Virtual reality headset that you control with your eyes begins taking pre-orders

FOVE, the first VR headset that tracks your eyes as well as your head, has been made available to pre-order.

Headsets will begin shipping to original Kickstarter backers by the end of 2016, while all other preorders will begin shipping early next year.

FOVE is able to track eye movement by virtue of custom small form-factor infrared sensors inside the headset. These sensors bounce light off the retina to register how the eyes are angled.

Users can then control games and apps using eye movements, and virtual characters are capable of perceiving users’ gaze.


FOVE is targeting the entertainment, education, gaming and medical industries with its gaze control in virtual reality interfaces. The technology has already enable a patient with muscular dystrophy to play a piano with his eyes.

“Eye-tracking is really critical for VR control,” said Yuka Kojima, CEO of Fove, in an interview with GamesBeat. “For me, it’s so natural. This is for early adopters now. But soon we think it will be a world standard.”

To give FOVE an initial boost it is being made available with a $50 discount for one week only, so it is available for $549.

Its makers have also partnered with 7,000 internet cafes in Japan and Korea. Through this partnership FOVE already has access to 25 million monthly users.

Images courtesy of FOVE

Images courtesy of FOVE

The headset has a OLED screen (2560 x 1440), with a frame rate of 70 frames per second. It has a 100-degree field-of-view.

It uses a 120 FPS infrared eye-tracking system and two cameras, and has HDMI, USB 3.0, and USB 2.0 connectors. The headset connects to a Windows PC, and it requires a system with an Intel Core i5-4590 or better and 8GB of memory.

FOVE also requires a NVIDIA GeForce GTX 970,  AMD R9 290 or greater GPU.

In terms of content 250-plus Steam VR titles are compatible with the device and FOVE have partnered with OSVR to make more titles available.

Live demos of the headset, including “Project Falcon,” a first-person rail-shooter developed in partnership with creative production company, Rewind, will be held at the VRDC event in San Francisco.

Is Facebook killing Oculus?

Oculus’ recent developer conference held considerable promises for what’s coming, but raised numerous concerns about the future of a company that it’s fair to say kicked off the commercial VR movement.

While Oculus seems to have stalled, its competitors are quickly coming out with their own iterations that may well knock it out of the market.

One of the big takeaways from the conference was the confirmation of the Touch controllers’ price, a steep $200. Add this to the $600 price tag on the Rift itself and the fact that the computer you’ll need to properly run the system is going to have to be somewhat of a leviathan, and Oculus is now looking to be a very hefty investment.

And while Oculus’ biggest competitor, the HTC Vive, is hardly cheaper, it offers an arguably higher quality of experience that has benefited from a far stronger push towards launch. Additionally, while you will shell out $799 for the Vive, you’re getting every part of the device with that, controllers and all. By contrast, if you want your Oculus to achieve the Vive’s room-scale VR you’re going to have to shell out a further $80 for the extra sensors required, on top of the Touch controllers.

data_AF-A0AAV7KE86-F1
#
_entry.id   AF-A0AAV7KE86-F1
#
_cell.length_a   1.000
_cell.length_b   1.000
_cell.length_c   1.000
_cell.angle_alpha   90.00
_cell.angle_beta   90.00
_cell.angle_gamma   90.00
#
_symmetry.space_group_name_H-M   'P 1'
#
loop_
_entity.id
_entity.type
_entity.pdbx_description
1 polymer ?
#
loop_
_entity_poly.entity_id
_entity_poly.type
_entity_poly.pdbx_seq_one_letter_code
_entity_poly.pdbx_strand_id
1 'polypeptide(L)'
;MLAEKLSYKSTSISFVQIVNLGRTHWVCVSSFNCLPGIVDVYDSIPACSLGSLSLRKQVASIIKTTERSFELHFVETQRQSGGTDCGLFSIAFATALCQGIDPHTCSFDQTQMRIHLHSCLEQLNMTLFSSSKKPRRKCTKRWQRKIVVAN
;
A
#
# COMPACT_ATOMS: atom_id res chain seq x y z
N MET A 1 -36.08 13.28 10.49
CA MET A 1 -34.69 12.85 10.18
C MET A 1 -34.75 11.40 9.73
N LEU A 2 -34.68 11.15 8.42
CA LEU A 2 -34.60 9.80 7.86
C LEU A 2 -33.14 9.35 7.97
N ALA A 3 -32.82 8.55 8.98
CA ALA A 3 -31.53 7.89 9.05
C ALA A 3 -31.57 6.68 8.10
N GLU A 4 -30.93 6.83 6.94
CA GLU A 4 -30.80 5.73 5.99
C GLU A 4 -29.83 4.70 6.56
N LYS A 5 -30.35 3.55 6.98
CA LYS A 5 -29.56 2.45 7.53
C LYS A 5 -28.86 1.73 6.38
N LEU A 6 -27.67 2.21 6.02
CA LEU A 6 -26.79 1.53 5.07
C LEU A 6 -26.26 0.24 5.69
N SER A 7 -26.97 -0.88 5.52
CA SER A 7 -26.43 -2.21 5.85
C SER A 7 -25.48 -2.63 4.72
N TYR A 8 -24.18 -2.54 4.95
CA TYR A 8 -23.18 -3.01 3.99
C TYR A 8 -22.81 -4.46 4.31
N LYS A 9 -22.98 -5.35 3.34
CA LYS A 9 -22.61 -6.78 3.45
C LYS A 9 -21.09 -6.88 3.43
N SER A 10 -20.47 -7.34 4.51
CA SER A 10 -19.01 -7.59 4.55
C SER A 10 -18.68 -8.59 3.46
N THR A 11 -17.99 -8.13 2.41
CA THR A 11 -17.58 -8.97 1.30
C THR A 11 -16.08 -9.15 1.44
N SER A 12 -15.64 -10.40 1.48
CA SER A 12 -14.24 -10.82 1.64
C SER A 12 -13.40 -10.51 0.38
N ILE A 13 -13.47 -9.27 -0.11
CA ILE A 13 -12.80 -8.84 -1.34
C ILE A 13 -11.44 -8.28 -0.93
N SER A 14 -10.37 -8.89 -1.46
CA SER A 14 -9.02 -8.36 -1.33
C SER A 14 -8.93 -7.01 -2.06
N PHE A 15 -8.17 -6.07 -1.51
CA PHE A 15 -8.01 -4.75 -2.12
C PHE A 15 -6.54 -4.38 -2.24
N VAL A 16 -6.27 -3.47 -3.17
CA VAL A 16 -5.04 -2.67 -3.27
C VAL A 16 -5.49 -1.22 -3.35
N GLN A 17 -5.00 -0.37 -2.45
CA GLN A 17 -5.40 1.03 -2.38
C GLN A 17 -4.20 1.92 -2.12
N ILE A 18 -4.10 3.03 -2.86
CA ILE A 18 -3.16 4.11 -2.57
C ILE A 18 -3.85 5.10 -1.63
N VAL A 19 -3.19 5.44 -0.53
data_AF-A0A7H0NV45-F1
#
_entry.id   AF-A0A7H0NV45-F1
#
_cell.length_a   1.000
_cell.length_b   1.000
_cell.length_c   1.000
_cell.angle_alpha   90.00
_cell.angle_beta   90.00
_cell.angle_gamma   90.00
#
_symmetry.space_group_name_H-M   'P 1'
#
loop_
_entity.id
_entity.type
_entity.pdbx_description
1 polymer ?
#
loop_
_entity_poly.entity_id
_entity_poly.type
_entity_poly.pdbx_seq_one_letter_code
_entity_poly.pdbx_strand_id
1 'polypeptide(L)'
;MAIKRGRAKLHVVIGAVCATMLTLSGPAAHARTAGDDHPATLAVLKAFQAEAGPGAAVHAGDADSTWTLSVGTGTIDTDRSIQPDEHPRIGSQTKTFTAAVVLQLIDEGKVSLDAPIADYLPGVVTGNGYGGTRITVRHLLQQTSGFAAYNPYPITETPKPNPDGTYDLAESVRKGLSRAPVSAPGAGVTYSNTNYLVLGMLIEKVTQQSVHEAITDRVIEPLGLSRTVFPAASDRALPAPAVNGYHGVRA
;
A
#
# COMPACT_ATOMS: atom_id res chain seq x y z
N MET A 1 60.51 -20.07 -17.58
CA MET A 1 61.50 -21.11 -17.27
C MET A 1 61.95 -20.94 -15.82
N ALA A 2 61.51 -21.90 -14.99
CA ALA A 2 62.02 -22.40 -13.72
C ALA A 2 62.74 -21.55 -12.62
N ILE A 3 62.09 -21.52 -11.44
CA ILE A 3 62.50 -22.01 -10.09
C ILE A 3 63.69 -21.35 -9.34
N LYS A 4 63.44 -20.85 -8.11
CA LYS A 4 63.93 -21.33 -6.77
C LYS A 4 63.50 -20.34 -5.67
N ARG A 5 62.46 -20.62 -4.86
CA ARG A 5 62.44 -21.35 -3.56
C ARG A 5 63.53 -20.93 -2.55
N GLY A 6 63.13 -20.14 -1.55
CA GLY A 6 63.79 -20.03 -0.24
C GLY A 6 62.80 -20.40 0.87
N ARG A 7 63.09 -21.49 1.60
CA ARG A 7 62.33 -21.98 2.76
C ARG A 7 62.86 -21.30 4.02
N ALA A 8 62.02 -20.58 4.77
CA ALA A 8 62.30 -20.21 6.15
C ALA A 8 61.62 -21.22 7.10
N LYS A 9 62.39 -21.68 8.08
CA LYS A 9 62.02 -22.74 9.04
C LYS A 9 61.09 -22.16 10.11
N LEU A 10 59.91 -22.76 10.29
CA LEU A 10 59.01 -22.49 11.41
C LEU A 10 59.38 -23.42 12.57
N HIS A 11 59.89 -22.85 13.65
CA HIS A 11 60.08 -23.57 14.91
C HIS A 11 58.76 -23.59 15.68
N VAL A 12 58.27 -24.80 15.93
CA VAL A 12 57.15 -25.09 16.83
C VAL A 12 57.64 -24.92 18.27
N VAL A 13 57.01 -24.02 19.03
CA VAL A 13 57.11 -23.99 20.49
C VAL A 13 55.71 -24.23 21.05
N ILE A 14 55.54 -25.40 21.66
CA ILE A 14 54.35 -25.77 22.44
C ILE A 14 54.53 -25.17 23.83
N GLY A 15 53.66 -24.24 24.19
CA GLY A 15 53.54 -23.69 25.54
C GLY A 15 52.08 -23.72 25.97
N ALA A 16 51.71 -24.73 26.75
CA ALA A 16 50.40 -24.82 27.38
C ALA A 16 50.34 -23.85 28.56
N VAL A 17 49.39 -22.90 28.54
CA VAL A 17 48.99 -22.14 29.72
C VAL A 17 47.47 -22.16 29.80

Outside of the PC space, Sony is about to launch Playstation VR. And while the quality of the device is lower than that of Oculus or Vive, due to the limitations imposed by using console rather than PC, the fact is that Sony is offering up a much more affordable version of virtual reality could very easily position them as the mainstream entry point for the technology.

Virtual reality is likely to launch mostly to a niche of enthusiasts but even those in the field may baulk at the difference in price across the various offerings, despite Mark Zuckerberg’s assurance that they are in fact working on an affordable version.

“We believe that there is a sweet spot – a standalone virtual reality product that is high quality, that is affordable, and you can bring with you out into the world,” he said. “It’s still early, so I don’t want to get your hopes up too much.”

Images courtesy of Oculus

Images courtesy of Oculus

Aside from the price, which is admittedly going to be high across the board in the current PC field, a real obstacle that Oculus faces going forwards is image.

Facebook are a solid business backing for the company in terms of having the money to see through the early sales hits that VR is likely to take, but the association with the company may actually be casting Oculus in a light that doesn’t gel with the enthusiast market that will be the first to engage with virtual reality.

With the Vive positioning itself alongside Valve and offering higher quality for the money invested, as well as the console space opening up with virtual reality offerings that provide a cheaper entry point, Oculus is starting to look like it may have misjudged the market that it in many ways created.

If anyone has the financial wherewithal to get through the rough early days that virtual reality is likely to face its Facebook, the question is whether they’ve already gone so far that the long-term isn’t looking much better for them.

“Whoever gets the largest commitment to the best content is likely to garner the lion’s share of early adopter purchases, but mainstream adoption and profitability could still be a long way off,” wrote Avi Greengart, research director of consumer platforms and devices at Current Analysis, in a report earlier this year.

“Oculus should stress to developers that no matter who gets the best start, Facebook gives it the resources to survive long enough to succeed.”